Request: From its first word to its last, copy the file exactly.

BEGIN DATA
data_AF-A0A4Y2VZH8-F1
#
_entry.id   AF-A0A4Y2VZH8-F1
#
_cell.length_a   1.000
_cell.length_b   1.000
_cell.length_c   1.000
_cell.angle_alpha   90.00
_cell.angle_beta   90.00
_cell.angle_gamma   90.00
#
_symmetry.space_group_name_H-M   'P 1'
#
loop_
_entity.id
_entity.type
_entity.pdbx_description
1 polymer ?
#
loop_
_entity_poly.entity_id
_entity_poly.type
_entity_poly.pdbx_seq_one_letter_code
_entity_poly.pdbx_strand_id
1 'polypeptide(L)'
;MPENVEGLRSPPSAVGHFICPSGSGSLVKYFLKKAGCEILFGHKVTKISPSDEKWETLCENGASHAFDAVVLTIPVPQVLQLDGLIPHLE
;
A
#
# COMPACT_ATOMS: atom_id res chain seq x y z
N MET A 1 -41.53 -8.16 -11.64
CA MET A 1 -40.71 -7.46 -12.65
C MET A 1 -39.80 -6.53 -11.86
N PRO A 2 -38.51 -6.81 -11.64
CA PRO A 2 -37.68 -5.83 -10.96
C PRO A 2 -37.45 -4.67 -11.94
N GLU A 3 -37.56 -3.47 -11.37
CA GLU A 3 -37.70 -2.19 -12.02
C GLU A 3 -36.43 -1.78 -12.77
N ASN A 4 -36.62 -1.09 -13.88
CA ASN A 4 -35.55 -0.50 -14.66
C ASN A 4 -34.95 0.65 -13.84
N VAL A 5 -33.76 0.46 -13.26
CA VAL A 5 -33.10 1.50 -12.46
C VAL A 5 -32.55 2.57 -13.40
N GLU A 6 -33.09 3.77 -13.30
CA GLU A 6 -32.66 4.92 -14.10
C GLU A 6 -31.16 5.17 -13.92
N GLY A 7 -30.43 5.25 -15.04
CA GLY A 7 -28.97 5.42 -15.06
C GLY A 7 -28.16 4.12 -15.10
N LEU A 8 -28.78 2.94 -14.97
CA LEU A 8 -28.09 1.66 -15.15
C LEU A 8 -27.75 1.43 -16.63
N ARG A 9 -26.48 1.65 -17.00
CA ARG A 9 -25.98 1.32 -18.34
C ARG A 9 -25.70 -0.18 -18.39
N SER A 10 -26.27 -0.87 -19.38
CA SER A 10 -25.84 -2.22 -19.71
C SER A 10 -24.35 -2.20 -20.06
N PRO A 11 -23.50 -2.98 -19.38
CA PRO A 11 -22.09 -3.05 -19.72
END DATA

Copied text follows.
data_AF-A0A4Y2VZH8-F1
#
_entry.id   AF-A0A4Y2VZH8-F1
#
_cell.length_a   1.000
_cell.length_b   1.000
_cell.length_c   1.000
_cell.angle_alpha   90.00
_cell.angle_beta   90.00
_cell.angle_gamma   90.00
#
_symmetry.space_group_name_H-M   'P 1'
#
loop_
_entity.id
_entity.type
_entity.pdbx_description
1 polymer ?
#
loop_
_entity_poly.entity_id
_entity_poly.type
_entity_poly.pdbx_seq_one_letter_code
_entity_poly.pdbx_strand_id
1 'polypeptide(L)'
;MPENVEGLRSPPSAVGHFICPSGSGSLVKYFLKKAGCEILFGHKVTKISPSDEKWETLCENGASHAFDAVVLTIPVPQVLQLDGLIPHLE
;
A
#
# COMPACT_ATOMS: atom_id res chain seq x y z
N MET A 1 -41.53 -8.16 -11.64
CA MET A 1 -40.71 -7.46 -12.65
C MET A 1 -39.80 -6.53 -11.86
N PRO A 2 -38.51 -6.81 -11.64
CA PRO A 2 -37.68 -5.83 -10.96
C PRO A 2 -37.45 -4.67 -11.94
N GLU A 3 -37.56 -3.47 -11.37
CA GLU A 3 -37.70 -2.19 -12.02
C GLU A 3 -36.43 -1.78 -12.77
N ASN A 4 -36.62 -1.09 -13.88
CA ASN A 4 -35.55 -0.50 -14.66
C ASN A 4 -34.95 0.65 -13.84
N VAL A 5 -33.76 0.46 -13.26
CA VAL A 5 -33.10 1.50 -12.46
C VAL A 5 -32.55 2.57 -13.40
N GLU A 6 -33.09 3.77 -13.30
CA GLU A 6 -32.66 4.92 -14.10
C GLU A 6 -31.16 5.17 -13.92
N GLY A 7 -30.43 5.25 -15.04
CA GLY A 7 -28.97 5.42 -15.06
C GLY A 7 -28.16 4.12 -15.10
N LEU A 8 -28.78 2.94 -14.97
CA LEU A 8 -28.09 1.66 -15.15
C LEU A 8 -27.75 1.43 -16.63
N ARG A 9 -26.48 1.65 -17.00
CA ARG A 9 -25.98 1.32 -18.34
C ARG A 9 -25.70 -0.18 -18.39
N SER A 10 -26.27 -0.87 -19.38
CA SER A 10 -25.84 -2.22 -19.71
C SER A 10 -24.35 -2.20 -20.06
N PRO A 11 -23.50 -2.98 -19.38
CA PRO A 11 -22.09 -3.05 -19.72